PATEL: Jason, you bring up a great point. The genomic biomarkers, the genomics are that cancer’s destiny. If you find a BRAF mutation regardless [of whether] you biopsied in the adjuvant setting, in the relapse setting, if it’s that cancer, that genomics is unchanged; it’s like a stop sign, right? Meanwhile, for these IO biomarkers, they’re more like a traffic light, meaning they’re dynamic, they change over time, [and are relative to] when we get the biopsy, which lesion are we biopsying. And so, when I say our IO biomarker development has been hampered, I don’t mean that it’s [from] a lack of trying, it’s more that it’s more complex because these are dynamic changes on circulating immune cells, which is very different than our genomics. And…part of the reason we’re getting so many good genomic drugs is we’re finding these targets, we’re able to accurately identify these patients who have these targets, and we’re able to give drugs that are engineered. One of the issues [with] IO biomarkers is we see the efficacy of the agent and then we try to backfill what the biomarker story potentially is. One of the areas I’m most interested to see is LAG-3. In the phase 1/2 drug development for relatlimab, it seemed as though LAG-3 expression on the T cell conferred with clinical response. [In the melanoma study, I want to see] if that dynamic biomarker is inducible. When were the biopsies done? What were the levels? These things matter because when you give interferon-γ stimulation or radiation, it changes the biomarker. When you take that photograph matters.
LUKE: I want to emphasize on a practical reality for practitioners who maybe don’t follow these trials quite so closely, there’s been a long-standing discussion about combination immunotherapy as being more toxic [than monotherapy]. How have you understood that visa vie the TIGIT combination?
PATEL: I think combinations, just by addition, tend to be more toxic. But at least the data we’ve seen for TIGIT, at least in the small cohorts we’ve seen, drive up the rates of the toxicities most concerned about. I think with immune checkpoint blockade the more common toxicities we deal with in clinic are mainly cutaneous or thyroid related. Those tend to be minor and we tend not to have to interrupt or even give steroids for. The ones I think we worry about and keep us awake at night, are things like colitis, pneumonitis, myocarditis, you know, neuro-ophthalmic autoimmune complications, which are exceedingly rare but very concerning. The [rates] don’t seem to be particularly higher.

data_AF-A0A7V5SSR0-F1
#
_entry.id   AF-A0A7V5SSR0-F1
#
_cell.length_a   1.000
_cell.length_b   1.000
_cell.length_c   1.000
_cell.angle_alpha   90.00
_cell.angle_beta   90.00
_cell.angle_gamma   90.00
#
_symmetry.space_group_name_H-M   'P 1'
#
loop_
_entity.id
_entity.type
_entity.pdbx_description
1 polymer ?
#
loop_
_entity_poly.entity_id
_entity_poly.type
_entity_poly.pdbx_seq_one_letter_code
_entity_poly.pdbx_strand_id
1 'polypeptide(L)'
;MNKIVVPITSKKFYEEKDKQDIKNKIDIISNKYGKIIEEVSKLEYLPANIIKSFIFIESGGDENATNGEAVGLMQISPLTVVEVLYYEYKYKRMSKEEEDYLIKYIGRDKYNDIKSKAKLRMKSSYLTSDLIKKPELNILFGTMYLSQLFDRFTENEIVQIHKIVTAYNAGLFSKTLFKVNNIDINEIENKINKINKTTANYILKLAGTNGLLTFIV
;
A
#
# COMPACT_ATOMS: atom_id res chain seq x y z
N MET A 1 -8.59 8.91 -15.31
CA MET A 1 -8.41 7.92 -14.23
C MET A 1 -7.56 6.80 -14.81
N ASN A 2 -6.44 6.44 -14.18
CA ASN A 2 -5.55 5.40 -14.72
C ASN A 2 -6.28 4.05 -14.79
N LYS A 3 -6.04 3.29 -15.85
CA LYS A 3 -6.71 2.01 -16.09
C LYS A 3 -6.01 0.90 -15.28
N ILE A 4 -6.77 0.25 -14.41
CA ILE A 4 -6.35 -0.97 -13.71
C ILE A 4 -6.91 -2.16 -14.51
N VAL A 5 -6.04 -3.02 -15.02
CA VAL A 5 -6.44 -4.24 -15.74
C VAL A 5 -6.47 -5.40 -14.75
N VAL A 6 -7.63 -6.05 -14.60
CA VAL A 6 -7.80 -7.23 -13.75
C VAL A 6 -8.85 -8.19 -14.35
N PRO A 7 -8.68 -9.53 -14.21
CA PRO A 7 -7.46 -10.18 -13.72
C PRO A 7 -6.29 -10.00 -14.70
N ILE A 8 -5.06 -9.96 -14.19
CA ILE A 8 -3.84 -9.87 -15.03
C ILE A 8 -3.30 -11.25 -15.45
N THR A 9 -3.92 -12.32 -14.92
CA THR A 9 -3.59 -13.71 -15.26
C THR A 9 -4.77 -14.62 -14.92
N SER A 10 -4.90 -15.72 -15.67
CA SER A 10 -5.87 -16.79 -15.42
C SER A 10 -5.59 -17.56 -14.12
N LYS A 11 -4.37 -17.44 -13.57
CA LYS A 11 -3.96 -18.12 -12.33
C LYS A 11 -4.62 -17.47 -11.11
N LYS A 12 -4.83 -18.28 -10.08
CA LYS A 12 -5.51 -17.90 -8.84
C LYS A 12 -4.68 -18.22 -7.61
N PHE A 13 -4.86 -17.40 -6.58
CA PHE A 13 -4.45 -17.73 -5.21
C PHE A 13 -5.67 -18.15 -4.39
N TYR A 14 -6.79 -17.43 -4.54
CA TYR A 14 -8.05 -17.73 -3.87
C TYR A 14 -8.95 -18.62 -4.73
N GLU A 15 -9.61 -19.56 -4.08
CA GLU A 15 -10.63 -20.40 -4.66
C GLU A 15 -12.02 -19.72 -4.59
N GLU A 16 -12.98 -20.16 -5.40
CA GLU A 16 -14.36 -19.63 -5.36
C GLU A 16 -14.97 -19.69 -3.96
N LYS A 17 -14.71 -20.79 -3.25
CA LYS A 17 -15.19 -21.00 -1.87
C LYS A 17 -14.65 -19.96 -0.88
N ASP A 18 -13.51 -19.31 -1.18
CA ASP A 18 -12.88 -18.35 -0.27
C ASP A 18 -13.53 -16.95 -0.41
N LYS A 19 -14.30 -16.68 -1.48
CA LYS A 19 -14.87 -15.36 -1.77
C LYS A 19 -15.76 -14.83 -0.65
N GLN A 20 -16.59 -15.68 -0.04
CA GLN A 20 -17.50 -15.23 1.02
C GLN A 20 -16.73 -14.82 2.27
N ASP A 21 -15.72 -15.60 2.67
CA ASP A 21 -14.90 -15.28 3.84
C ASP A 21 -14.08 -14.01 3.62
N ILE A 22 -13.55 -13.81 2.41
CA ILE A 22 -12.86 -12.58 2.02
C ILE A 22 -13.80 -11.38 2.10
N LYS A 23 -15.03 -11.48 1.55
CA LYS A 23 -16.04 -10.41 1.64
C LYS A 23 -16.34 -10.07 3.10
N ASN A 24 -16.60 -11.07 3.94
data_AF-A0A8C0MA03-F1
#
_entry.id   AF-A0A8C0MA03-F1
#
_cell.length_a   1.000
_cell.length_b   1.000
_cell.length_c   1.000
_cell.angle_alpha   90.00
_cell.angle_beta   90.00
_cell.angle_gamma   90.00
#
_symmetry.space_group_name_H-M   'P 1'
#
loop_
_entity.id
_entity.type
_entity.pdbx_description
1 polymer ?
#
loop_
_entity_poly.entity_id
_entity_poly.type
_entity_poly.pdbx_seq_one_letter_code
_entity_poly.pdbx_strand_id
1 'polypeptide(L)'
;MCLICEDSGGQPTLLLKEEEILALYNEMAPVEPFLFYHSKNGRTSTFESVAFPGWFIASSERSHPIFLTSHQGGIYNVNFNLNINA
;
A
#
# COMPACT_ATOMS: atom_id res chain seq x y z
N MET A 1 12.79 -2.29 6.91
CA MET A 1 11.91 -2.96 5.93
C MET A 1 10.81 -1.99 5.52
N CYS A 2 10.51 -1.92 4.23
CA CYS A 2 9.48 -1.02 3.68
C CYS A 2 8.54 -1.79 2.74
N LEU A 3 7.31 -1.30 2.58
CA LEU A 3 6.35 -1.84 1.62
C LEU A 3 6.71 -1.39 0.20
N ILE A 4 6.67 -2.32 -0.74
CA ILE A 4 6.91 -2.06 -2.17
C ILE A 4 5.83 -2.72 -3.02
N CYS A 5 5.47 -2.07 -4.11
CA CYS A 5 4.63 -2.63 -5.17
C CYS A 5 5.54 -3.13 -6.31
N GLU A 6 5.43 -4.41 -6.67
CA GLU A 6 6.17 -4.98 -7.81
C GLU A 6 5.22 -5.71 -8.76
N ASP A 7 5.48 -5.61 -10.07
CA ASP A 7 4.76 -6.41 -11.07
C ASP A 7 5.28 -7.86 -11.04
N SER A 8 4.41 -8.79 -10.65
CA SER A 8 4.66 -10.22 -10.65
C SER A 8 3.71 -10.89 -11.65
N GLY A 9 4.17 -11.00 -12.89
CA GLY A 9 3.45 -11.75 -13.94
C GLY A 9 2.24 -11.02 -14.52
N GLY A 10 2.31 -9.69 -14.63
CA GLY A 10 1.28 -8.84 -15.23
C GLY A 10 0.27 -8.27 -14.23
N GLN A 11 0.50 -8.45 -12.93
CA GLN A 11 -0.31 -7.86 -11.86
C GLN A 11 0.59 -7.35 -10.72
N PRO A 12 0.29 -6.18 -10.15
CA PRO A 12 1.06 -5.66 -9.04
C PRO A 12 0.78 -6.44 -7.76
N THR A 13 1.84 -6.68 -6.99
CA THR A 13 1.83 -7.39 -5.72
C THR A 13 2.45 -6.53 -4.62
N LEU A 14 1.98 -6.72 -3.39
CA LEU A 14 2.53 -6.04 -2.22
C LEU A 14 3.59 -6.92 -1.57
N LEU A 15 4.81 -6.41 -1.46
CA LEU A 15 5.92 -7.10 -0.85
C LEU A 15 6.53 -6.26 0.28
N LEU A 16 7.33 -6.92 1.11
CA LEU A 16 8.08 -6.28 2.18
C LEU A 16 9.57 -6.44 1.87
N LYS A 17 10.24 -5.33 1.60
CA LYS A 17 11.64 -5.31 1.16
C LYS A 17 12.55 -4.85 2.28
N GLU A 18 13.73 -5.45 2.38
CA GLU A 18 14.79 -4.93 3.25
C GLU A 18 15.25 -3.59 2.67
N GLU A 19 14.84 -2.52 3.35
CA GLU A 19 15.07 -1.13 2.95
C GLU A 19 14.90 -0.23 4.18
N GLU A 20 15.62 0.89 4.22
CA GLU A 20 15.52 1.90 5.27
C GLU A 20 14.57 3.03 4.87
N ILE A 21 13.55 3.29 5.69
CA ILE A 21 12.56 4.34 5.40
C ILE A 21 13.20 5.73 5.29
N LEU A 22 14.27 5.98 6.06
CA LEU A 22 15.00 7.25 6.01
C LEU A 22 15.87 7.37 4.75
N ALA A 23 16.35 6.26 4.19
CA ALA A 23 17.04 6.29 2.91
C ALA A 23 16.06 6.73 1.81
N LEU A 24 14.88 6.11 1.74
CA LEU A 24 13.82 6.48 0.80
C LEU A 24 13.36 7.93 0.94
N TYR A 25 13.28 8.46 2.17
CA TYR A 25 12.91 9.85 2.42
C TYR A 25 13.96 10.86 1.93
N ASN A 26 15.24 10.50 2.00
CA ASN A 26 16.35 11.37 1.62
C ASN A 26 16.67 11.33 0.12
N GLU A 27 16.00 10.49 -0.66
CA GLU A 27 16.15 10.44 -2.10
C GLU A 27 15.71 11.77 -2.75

The immune response is a double-edged sword, meaning those therapies that are most likely to make an immunologically cold tumor hot….But making cold tumors hot, you’re much more likely to have friendly fire on the immune response....What you’re trying to do to the tumor microenvironment [is] you’re equally stimulating an immune response against normal epithelia. Meanwhile, if you’re making a warm tumor hotter—which is what TIGIT and some of these other molecules seem to be doing preclinically, though we don’t know for sure— you’re likely not as immune active and leading to as many of these irAEs [immune-related adverse events]. Sometimes the biology tells us about the toxicity in the sense that it’s a double-edged sword as far as these drugs go.
LUKE: I think that’s a really great point…that both the TIGIT combination and the LAG-3 combination, it does not appear that toxicity is increased. So I wanted to get this out on this podcast that, especially when we talk about combination immunotherapy being more toxic, it’s really that the CTLA-4 antibody is toxic. It’s not so much that blocking these checkpoints is necessarily more toxic. And for that reason, there is a lot of ongoing effort to do things [such as] bispecific antibodies to hit more than 1 checkpoint at a time. And…if you do this right, it doesn’t have to be more toxic than monotherapy approaches.